What to do if your young baby is biting
Young babies, especially newborns, are prone to biting. Being in such a radically different environment can really disorient a baby. Because of this many babies will bite down on the breast when they latch on because they don't want the breast to go away. It's comforting and they're scared. This can easily be missed because since the baby doesn't have teeth a new mother who is unfamiliar with breastfeeding may think that this discomfort and clamping feeling is normal. Often young baby biting can be diagnosed mistakenly on a bad latch (which may also be present) but a feeling of bruised nipples, especially with a fussy baby and pretty bad engorgement indicates that the baby is biting.
When a young baby bites down, the ducts that bring milk to the nipple become compressed, so very little milk gets through. This is painful for the mother because her tissue is repeatedly being squeezed in a way that is not normal and because the lack of emptying the breast can make for very bad engorgement which can in turn lead to mastitis, or breast infection. The baby, on the other hand, because he's compromising the flow of milk will work really hard to get nutrition, not succeed, get tired and still be hungry. Thus biting can cause major problems for both mom and baby and can bring an abrupt, exhausted, unhappy end to a breastfeeding relationship. I almost lost my breastfeeding relationship with my second son due to biting, and I can personally testify to the extreme pain that biting can cause in those first few weeks of breastfeeding.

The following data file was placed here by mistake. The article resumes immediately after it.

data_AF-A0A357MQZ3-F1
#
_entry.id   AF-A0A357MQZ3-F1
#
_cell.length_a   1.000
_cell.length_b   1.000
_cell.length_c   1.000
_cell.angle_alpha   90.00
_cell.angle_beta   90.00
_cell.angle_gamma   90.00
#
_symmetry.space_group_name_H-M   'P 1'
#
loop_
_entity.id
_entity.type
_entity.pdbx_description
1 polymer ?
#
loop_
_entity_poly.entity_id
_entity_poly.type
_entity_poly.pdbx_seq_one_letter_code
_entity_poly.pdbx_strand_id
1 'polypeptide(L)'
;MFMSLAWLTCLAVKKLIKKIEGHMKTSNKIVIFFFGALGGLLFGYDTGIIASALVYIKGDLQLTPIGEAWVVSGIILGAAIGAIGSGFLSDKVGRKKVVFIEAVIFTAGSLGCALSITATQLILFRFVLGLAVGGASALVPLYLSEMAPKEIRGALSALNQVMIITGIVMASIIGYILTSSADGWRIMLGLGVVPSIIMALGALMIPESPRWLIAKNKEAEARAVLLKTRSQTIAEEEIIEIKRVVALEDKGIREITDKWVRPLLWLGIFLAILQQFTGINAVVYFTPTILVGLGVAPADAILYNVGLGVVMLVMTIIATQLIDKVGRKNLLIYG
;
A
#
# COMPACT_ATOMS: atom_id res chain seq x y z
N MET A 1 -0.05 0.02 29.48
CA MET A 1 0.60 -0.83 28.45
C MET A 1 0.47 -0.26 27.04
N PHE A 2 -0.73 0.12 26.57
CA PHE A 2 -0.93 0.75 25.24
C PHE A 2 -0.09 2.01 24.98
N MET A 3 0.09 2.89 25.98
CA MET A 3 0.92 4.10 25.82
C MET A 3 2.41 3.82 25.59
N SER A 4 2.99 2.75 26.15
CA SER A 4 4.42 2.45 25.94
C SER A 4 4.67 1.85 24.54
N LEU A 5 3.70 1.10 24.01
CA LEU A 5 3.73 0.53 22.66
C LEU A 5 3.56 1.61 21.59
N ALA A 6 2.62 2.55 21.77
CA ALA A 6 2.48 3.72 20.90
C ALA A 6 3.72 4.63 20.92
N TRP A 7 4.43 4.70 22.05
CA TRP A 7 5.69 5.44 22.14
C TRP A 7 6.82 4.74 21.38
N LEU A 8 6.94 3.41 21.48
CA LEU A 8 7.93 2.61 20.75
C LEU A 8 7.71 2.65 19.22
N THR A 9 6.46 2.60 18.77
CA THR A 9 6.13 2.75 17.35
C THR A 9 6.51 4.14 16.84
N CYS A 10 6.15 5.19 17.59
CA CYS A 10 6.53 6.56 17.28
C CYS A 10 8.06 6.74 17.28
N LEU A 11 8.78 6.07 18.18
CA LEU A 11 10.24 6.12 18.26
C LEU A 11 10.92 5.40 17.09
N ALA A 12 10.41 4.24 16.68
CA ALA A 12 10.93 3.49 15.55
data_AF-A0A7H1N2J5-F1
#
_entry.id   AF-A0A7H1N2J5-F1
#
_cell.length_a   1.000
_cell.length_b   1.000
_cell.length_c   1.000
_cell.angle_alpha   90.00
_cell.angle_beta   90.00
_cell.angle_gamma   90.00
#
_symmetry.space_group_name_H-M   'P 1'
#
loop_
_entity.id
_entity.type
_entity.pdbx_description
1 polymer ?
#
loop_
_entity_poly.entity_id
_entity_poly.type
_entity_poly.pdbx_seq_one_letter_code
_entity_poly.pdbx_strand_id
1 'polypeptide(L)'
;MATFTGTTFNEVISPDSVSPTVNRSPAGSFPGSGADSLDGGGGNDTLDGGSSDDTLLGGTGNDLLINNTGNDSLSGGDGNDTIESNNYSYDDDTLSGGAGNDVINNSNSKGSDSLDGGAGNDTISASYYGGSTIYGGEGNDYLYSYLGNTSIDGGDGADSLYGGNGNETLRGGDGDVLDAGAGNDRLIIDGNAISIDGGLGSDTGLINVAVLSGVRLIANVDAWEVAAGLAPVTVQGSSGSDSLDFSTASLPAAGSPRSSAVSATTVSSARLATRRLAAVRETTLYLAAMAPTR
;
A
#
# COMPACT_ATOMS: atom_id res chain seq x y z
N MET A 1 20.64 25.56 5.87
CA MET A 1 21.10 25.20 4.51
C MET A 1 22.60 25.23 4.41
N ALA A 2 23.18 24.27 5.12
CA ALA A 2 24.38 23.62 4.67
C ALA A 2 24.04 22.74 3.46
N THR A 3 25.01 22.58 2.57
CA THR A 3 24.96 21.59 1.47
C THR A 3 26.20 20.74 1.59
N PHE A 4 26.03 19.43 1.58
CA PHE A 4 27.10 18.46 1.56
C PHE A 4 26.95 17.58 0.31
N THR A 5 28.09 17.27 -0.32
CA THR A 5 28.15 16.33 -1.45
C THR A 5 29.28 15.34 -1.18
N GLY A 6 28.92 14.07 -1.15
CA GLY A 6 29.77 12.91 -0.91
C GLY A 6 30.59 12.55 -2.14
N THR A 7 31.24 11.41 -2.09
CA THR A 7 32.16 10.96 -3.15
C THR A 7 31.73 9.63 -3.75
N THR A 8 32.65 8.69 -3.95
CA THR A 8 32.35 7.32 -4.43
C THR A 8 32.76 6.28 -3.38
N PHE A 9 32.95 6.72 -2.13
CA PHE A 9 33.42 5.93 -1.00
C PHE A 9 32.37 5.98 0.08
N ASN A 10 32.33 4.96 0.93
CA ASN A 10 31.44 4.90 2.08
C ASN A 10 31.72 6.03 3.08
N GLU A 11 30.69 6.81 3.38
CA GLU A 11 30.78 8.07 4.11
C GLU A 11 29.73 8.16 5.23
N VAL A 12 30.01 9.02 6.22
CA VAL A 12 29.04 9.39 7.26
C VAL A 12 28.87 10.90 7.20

However, this outcome does not have to happen. With this fairly simple technique babies can be taught to *not* bite. Once the biting stops the resulting problems resolve almost immediately.
Procedure for properly identifying and resolving biting in the young infant:
1. After washing your hands, latch your baby onto your finger (fingernail against her tongue) and see if you feel him/her little gums clamping down. If you feel clamping down at all your baby is biting. You should feel your baby's gums but they should never be clamping down in proper breastfeeding.
2. When she starts to clamp down with her gums you are going to angle your finger (think crowbar) so that she can't clamp down and suck anymore. Your finger tip will be pressing up on the roof of baby's mouth in a "come hither" flexing of your finger.
3. When she releases her clamping down you will release too, returning your finger to the first position and let her start sucking again.
4. When she has been suckling for a few minutes without clamping down, latch her onto your breast. You should feel suckling but not the clamping down anymore.
This should resolve any biting problem in those first few weeks, keeping mom and baby healthy and happy.